Gambler's Fallacy

by Judith Cowan
197 pages,
ISBN: 0889842256

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Extending a Precedent
by Chris Jennings

The novel dogs short fiction. Comparisons between stories and novels inevitably privilege the latter and judge the former on their authors' ability to accommodate some aesthetic or cognitive failing that keeps them from rising to the challenge of the Šhigher' form. Even Alice Munro still suffers the carping implications of those who measure her short fiction against the foreign standard of the novel. In the first paragraph of his review of Hateship, Friendship, Courtship, Loveship, Marriage in the London Review of Books (23:24, 13 Dec. 2001, 26-27), for example, Benjamin Markovits implies that a lack of "constancy" in Munro's art dictates her choice of form when he writes, "It's no accident that Munro prefers short stories to novels." Whatever critical values such judgments may uphold, they don't address the satisfactions of a good story.

The illusory progress of authors who achieve a level of success writing stories before producing a first novel feeds a similar association between short fiction and apprenticeship. Michael Winter and Dennis Bock are recent pilgrims on that path, and, alas, for the reputation of short fiction, even long-time story artisan Alistair MacLeod found a sort of apotheosis in his first novel's international success. Though Gambler's Fallacy is Judith Cowan's second book of short fiction, she appears to be on this well-traveled path. Her new stories are almost twice as long as the average story in her first book, More Than Life Itself (Oberon 1997), and they all take place in Trois-RiviFres. No sequence or cycle develops, but several characters slip the border of one story to reappear briefly in another, usually via some connection to the CafT ZTnob. Slight connections, hints really, give the book a superficial coherence, but even this slight advance on the territory of the novel causes Cowan to depart from the craft that made her earlier stories remarkable.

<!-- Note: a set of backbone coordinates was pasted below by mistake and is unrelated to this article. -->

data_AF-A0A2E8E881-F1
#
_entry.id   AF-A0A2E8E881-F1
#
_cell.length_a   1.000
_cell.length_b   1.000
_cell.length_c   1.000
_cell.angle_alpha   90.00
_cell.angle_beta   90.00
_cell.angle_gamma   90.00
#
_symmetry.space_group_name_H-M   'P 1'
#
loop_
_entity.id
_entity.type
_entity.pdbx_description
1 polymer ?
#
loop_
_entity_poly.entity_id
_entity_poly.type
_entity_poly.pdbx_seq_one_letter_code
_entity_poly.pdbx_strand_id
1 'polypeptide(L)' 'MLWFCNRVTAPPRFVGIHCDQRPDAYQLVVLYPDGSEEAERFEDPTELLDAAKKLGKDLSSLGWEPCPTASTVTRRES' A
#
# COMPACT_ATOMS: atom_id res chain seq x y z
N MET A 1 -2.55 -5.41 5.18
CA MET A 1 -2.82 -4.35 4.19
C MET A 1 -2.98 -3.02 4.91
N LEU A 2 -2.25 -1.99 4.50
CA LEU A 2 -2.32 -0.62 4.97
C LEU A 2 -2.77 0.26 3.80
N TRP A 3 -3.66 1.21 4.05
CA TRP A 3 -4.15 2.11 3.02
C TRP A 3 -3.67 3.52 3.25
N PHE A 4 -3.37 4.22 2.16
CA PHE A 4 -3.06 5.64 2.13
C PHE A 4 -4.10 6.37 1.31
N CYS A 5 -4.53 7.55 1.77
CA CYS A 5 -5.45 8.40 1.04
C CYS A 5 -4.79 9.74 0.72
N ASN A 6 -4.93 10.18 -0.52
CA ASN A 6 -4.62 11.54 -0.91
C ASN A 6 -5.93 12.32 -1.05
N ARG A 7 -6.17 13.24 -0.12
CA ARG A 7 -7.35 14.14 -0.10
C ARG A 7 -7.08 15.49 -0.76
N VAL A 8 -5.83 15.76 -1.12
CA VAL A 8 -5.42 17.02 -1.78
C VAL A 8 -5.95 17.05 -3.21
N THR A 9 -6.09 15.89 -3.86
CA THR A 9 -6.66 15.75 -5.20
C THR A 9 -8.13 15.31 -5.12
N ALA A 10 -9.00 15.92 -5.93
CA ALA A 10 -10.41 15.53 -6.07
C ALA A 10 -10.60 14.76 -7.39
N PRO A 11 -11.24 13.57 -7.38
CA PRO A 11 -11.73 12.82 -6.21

It feels like very little happens in these stories, or rather the stories seem to tilt under the weight of extended recollections and framing devices to the detriment of the small, meaningful details of incident and action. In More than Life Itself, Cowan balanced recollection and incident to an advantage that the increased length of the new stories has dispersed. In "Monterey Gilbert" for example, coyotes stalk the aged war-bride Marian as she sits in the grass with a loaded rifle and stares into the home of her neighbour, a flying ace turned dissolute and disappointed heir, on to whom Marian projects a nostalgic refraction of her feelings for an old lover who had jilted her. Compare the tension between memory and moment in this story's undertones of desire, disappointment, and ambient threat with the relative stasis of "The Launching", which consists largely of an extended exercise in people-watching at a poetry reading. Cowan conveys two possible intersections of detachment, observation, and insight in "The Launching", and there are some amusing satiric touches in her portraits of the various attendees, but these are colder pleasures than the earlier story offered.